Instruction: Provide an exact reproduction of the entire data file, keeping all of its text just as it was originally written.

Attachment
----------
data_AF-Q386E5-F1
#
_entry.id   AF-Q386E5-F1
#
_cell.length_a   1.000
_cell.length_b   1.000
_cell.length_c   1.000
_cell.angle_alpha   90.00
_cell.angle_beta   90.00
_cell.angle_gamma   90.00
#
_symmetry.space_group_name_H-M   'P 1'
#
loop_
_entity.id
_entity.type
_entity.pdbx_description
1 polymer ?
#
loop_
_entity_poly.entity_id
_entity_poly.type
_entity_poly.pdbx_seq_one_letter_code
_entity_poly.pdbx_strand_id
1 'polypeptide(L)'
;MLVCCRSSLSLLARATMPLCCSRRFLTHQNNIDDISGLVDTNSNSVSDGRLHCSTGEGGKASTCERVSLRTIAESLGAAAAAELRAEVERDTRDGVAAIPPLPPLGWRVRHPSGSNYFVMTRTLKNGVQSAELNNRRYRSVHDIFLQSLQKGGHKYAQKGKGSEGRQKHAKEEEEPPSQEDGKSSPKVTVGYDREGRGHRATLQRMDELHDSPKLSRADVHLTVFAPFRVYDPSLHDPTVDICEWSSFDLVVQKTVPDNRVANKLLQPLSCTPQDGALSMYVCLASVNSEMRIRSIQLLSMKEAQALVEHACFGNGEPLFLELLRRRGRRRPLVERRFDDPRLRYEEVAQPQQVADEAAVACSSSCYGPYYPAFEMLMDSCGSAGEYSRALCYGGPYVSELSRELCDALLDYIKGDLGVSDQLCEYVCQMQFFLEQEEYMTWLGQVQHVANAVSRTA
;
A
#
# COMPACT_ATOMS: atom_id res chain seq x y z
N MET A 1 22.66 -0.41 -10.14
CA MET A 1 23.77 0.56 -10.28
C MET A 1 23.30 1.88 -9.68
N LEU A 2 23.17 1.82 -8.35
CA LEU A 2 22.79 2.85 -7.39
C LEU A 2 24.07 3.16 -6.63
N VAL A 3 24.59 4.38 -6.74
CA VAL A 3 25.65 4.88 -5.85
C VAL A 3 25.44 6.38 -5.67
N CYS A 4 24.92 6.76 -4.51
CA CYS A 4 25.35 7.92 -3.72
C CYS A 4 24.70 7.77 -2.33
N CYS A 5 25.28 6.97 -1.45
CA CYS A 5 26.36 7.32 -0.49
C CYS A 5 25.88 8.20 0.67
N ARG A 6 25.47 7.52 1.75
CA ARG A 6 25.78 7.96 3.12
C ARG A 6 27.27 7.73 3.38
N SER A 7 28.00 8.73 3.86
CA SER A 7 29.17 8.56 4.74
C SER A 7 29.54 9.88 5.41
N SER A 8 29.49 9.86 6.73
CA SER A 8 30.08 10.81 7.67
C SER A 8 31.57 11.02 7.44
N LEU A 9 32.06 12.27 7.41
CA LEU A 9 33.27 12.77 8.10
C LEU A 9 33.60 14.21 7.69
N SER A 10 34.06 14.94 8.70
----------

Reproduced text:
data_AF-Q386E5-F1
#
_entry.id   AF-Q386E5-F1
#
_cell.length_a   1.000
_cell.length_b   1.000
_cell.length_c   1.000
_cell.angle_alpha   90.00
_cell.angle_beta   90.00
_cell.angle_gamma   90.00
#
_symmetry.space_group_name_H-M   'P 1'
#
loop_
_entity.id
_entity.type
_entity.pdbx_description
1 polymer ?
#
loop_
_entity_poly.entity_id
_entity_poly.type
_entity_poly.pdbx_seq_one_letter_code
_entity_poly.pdbx_strand_id
1 'polypeptide(L)'
;MLVCCRSSLSLLARATMPLCCSRRFLTHQNNIDDISGLVDTNSNSVSDGRLHCSTGEGGKASTCERVSLRTIAESLGAAAAAELRAEVERDTRDGVAAIPPLPPLGWRVRHPSGSNYFVMTRTLKNGVQSAELNNRRYRSVHDIFLQSLQKGGHKYAQKGKGSEGRQKHAKEEEEPPSQEDGKSSPKVTVGYDREGRGHRATLQRMDELHDSPKLSRADVHLTVFAPFRVYDPSLHDPTVDICEWSSFDLVVQKTVPDNRVANKLLQPLSCTPQDGALSMYVCLASVNSEMRIRSIQLLSMKEAQALVEHACFGNGEPLFLELLRRRGRRRPLVERRFDDPRLRYEEVAQPQQVADEAAVACSSSCYGPYYPAFEMLMDSCGSAGEYSRALCYGGPYVSELSRELCDALLDYIKGDLGVSDQLCEYVCQMQFFLEQEEYMTWLGQVQHVANAVSRTA
;
A
#
# COMPACT_ATOMS: atom_id res chain seq x y z
N MET A 1 22.66 -0.41 -10.14
CA MET A 1 23.77 0.56 -10.28
C MET A 1 23.30 1.88 -9.68
N LEU A 2 23.17 1.82 -8.35
CA LEU A 2 22.79 2.85 -7.39
C LEU A 2 24.07 3.16 -6.63
N VAL A 3 24.59 4.38 -6.74
CA VAL A 3 25.65 4.88 -5.85
C VAL A 3 25.44 6.38 -5.67
N CYS A 4 24.92 6.76 -4.51
CA CYS A 4 25.35 7.92 -3.72
C CYS A 4 24.70 7.77 -2.33
N CYS A 5 25.28 6.97 -1.45
CA CYS A 5 26.36 7.32 -0.49
C CYS A 5 25.88 8.20 0.67
N ARG A 6 25.47 7.52 1.75
CA ARG A 6 25.78 7.96 3.12
C ARG A 6 27.27 7.73 3.38
N SER A 7 28.00 8.73 3.86
CA SER A 7 29.17 8.56 4.74
C SER A 7 29.54 9.88 5.41
N SER A 8 29.49 9.86 6.73
CA SER A 8 30.08 10.81 7.67
C SER A 8 31.57 11.02 7.44
N LEU A 9 32.06 12.27 7.41
CA LEU A 9 33.27 12.77 8.10
C LEU A 9 33.60 14.21 7.69
N SER A 10 34.06 14.94 8.70